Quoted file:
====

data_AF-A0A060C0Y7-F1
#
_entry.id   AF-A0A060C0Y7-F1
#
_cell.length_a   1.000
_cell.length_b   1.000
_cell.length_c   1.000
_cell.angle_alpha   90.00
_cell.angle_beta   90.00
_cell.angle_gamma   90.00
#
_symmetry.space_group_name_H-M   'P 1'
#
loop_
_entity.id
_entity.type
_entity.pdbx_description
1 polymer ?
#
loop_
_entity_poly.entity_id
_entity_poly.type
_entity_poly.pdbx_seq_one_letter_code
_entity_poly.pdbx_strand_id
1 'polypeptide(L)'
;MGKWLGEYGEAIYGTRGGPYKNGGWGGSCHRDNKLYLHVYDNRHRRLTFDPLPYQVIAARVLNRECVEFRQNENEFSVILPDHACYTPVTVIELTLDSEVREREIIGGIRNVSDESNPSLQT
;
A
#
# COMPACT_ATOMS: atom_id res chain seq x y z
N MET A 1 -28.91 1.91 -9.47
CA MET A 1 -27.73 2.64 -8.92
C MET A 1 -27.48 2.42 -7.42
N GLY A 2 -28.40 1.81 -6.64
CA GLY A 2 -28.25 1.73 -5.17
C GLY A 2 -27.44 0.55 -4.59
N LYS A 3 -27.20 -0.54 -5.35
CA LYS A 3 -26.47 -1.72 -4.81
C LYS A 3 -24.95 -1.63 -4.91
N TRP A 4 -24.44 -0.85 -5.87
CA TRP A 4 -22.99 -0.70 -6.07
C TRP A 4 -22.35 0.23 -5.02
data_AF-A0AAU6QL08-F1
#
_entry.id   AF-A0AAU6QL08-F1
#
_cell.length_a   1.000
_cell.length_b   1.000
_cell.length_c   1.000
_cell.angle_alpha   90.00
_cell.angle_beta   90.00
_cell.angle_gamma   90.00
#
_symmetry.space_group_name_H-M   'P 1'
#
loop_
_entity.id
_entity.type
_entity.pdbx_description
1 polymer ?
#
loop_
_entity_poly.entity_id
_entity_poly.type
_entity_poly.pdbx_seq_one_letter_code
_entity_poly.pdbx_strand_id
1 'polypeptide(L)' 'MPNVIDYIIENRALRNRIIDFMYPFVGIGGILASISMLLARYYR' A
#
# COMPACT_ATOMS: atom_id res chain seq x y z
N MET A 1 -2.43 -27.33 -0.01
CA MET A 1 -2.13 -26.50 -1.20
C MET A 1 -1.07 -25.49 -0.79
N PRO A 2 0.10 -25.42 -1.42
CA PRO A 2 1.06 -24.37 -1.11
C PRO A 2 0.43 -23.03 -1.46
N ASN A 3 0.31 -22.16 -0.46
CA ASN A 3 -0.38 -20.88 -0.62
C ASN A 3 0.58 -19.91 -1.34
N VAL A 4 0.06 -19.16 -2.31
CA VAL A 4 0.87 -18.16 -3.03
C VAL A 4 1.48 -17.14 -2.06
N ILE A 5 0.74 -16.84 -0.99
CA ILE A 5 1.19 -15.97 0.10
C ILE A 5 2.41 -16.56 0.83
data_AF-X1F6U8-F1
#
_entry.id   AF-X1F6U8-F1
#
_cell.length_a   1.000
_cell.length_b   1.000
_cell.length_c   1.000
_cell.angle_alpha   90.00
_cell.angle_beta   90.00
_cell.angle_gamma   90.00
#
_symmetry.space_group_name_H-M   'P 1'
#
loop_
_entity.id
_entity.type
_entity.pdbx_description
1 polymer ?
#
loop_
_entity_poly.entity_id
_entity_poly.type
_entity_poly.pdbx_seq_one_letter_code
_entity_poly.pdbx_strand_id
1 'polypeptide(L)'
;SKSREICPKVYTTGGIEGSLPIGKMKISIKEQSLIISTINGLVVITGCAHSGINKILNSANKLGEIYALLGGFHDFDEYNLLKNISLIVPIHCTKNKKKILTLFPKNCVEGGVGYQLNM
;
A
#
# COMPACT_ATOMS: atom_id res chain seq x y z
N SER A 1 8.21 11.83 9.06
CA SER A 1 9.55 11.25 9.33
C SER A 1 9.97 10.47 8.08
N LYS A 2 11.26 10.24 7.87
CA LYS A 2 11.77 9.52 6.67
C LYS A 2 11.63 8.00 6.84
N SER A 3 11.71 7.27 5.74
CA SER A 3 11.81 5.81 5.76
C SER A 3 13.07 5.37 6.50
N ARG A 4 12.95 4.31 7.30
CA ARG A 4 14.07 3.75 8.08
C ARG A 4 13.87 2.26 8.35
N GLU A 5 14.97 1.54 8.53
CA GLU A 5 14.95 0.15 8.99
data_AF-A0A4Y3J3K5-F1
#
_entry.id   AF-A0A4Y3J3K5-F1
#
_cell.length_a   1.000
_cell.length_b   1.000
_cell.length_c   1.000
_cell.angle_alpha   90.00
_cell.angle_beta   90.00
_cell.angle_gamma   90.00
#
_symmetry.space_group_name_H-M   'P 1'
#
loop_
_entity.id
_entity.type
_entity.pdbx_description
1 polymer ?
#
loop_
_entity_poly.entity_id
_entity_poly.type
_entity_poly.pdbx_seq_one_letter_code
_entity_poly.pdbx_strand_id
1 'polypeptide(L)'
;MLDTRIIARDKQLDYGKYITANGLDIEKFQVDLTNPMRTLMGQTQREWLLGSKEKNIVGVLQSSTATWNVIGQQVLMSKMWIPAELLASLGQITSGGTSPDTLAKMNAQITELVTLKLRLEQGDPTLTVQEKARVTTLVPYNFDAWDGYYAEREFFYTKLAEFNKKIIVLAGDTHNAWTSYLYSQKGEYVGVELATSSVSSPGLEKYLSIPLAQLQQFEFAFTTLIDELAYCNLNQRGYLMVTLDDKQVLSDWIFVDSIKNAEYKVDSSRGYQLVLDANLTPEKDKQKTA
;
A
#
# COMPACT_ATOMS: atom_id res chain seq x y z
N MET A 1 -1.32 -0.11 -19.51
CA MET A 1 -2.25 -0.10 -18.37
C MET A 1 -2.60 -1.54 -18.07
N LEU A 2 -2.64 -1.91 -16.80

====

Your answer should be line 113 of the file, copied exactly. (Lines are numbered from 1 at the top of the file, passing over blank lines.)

#